be approved in those areas where the historical water
          level declines are determined to be critical.

     c)   Applications to appropriate water from drains or
          shallow wells of 30 feet or less in depth will still be
          considered based on the individual merits of the

4)   Change applications will be considered on their own
     individual merits and critically evaluated for effects on
     other wells and the ground-water system.  Applications will
     be critically reviewed if they seek to move a water right a
     large distance, into an area which is experiencing
     significant declines in water level, or propose to convert
     surface or shallow ground water rights to a deep well
     (greater than 30 feet deep).  No change applications which
     propose to transfer water into the Layton-Riverdale area,
     which has the largest declines in the area, will be

5)   Requests for extension of time to place water to beneficial
     use for pending applications will be critically reviewed as
     per Section 73-3-12 of the Utah Code.  If the State Engineer
     finds unjustified delays or a lack of due diligence, the
     request may be granted in part, the priority of the
     application reduced, or the request may be denied entirely.

6)   All wells which potentially could divert 100 acre-feet or
     more per year shall be equipped with a totalizing meter and
     the water user shall report the annual withdrawals recorded
     by the meters to the State Engineer.

7)   A number of contaminated sites have been identified on or
     near Hill Air Force Base.  For the purposes of this
     management plan, these areas are referred to as restricted
     areas.  To protect public health and reduce the movement of
     these contaminants, no new applications to appropriate water
     or change applications which propose to transfer water into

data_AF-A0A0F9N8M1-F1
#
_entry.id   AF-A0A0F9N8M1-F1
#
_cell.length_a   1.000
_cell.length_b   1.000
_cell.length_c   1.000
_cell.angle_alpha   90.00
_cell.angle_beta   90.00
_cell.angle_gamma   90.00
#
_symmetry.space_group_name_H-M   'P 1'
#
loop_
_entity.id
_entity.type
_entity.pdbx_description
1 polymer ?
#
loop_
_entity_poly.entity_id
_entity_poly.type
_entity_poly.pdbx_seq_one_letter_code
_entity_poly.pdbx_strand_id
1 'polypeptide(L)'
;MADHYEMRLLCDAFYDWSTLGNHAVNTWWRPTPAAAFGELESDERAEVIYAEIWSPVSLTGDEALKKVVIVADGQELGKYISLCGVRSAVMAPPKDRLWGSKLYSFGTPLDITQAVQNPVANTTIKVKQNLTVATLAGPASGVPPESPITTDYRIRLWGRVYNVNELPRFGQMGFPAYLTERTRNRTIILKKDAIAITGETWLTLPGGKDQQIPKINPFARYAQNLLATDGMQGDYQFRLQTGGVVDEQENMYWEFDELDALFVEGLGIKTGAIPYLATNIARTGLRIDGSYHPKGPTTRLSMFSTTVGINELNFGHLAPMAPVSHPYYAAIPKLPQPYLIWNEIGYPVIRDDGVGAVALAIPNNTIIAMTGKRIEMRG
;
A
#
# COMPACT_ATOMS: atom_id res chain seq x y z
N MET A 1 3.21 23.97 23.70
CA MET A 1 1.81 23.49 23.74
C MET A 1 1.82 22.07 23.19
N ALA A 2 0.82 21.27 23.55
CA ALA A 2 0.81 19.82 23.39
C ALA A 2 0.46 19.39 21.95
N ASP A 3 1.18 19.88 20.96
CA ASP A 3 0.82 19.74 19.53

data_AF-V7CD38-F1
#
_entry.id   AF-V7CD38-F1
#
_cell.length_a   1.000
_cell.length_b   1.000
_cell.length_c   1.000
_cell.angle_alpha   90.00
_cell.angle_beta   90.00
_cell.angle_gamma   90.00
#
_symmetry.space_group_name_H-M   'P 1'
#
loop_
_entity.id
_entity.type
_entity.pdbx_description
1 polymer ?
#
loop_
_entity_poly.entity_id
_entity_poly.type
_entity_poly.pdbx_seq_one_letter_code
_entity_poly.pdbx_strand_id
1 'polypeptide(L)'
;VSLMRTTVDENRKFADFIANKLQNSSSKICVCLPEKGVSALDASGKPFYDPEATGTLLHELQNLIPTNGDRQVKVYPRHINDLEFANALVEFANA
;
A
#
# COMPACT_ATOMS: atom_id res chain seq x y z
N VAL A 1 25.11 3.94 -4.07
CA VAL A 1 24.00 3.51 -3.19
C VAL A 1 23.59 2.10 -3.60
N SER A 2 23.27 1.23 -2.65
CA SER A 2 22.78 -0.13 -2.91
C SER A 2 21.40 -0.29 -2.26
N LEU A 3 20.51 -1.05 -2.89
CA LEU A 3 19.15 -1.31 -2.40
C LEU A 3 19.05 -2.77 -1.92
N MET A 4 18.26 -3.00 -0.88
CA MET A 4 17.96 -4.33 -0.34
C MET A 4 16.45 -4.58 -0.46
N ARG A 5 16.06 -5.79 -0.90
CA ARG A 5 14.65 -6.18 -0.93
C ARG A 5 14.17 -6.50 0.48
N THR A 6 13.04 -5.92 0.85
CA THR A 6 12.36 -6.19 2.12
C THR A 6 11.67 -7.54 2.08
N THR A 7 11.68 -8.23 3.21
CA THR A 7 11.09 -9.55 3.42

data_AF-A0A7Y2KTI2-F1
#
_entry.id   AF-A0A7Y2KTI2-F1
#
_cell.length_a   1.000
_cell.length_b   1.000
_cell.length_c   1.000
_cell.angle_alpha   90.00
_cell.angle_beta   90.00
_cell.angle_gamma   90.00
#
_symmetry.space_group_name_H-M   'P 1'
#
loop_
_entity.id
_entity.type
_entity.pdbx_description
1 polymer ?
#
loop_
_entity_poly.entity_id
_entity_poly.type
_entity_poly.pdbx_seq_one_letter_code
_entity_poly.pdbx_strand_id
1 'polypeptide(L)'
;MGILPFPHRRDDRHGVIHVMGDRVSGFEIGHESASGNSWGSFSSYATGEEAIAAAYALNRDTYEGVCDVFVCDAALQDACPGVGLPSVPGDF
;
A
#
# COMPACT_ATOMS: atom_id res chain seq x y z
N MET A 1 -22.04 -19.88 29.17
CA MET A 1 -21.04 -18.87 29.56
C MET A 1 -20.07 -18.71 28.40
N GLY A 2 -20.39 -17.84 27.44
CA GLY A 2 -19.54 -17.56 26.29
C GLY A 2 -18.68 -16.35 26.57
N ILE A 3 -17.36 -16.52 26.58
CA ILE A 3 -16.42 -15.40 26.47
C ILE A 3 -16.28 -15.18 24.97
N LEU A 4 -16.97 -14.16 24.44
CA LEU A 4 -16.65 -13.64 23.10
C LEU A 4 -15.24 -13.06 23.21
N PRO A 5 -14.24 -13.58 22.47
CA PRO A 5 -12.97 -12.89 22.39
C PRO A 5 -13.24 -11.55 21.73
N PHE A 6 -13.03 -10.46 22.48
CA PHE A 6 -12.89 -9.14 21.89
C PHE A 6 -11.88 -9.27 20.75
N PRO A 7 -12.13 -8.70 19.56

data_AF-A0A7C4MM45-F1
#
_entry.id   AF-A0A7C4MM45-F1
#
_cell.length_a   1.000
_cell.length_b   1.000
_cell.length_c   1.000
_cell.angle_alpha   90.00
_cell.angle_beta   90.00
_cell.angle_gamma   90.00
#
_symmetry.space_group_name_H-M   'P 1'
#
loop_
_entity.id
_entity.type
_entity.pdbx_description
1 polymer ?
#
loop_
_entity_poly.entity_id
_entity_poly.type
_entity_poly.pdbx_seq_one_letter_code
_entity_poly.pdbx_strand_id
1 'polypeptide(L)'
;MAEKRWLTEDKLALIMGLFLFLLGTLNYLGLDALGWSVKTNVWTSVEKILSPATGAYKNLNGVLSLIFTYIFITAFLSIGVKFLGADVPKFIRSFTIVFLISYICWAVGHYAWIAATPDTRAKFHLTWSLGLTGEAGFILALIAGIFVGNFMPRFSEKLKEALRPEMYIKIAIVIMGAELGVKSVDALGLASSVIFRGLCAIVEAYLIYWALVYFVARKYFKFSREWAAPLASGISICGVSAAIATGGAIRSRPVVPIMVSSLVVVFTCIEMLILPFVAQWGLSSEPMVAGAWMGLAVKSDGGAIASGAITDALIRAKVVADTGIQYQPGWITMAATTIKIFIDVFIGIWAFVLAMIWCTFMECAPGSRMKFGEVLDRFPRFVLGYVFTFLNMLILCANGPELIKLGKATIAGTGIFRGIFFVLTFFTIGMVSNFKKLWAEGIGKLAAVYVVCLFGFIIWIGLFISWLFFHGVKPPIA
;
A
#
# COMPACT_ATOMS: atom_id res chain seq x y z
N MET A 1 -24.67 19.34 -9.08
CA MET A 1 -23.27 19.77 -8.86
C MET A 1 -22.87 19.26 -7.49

these restricted areas will be granted.  The restricted
     areas are:

          Restricted Area 1

          Township 4 North, Range 1 West, Salt Lake Base & Meridian:
          NW1/4, SW1/4 Section 4;
          All Section 5;
          All Section 6;
          NE1/4, NW1/4, SE1/4 Section 7;
          All Section 8
          NW1/4, SW1/4 Section 9
          NW1/4 Section 16
          All Section 17
          Township 5 North, Range 1 West, Salt Lake Base & Meridian:
          NW1/4, SW1/4, SE1/4 Section 28
          SE1/4 Section 29
          SE1/4 Section 31
          NE1/4, SW1/4, SE1/4 Section 32
          NE1/4, NW1/4, SE1/4 Section 33

          Restricted Area 2

          Township 5 North, Range 1 West, Salt Lake Base & Meridian:
          SW1/4 Section 18
          NW1/4, SW1/4, SE1/4 Section 19
          Township 5 North, Range 2 West, Salt Lake Base & Meridian:
          SE1/4 Section 13
          SW1/4, SE1/4 Section 23
          NE1/4, SW1/4 Section 24
          SW1/4 Section 25
          NE1/4, NW1/4 Section 26

     Efforts to control these contaminants are currently under
     way. When these contaminants are successfully cleaned up and
     no longer pose a threat to ground-water aquifers, the State
     Engineer will consider allowing the construction of wells in
     these sections.

8)   Water users are requested to submit copies of any water
     quality information or testing results to the State
     Engineer.  Additional diversion restrictions or other
     measures deemed necessary may be imposed, after public
     review, if it is determined that water quality in the
     aquifer is deteriorating.  Any information relating to
     determinations of aquifer characteristics should also be
     provided to the State Engineer.

The area covered by this proposed plan is rapidly being
urbanized. Lands previously devoted to irrigated agriculture are
being converted to commercial and residential uses.  Public water
suppliers are moving to meet these new demands on their systems.
As a consequence, suppliers are using more ground water and it
appears this trend will continue during the next several years.
This plan can, hopefully, provide a framework for the orderly and
efficient development of ground-water supplies while minimizing
such attendant problems as well interference, contamination, and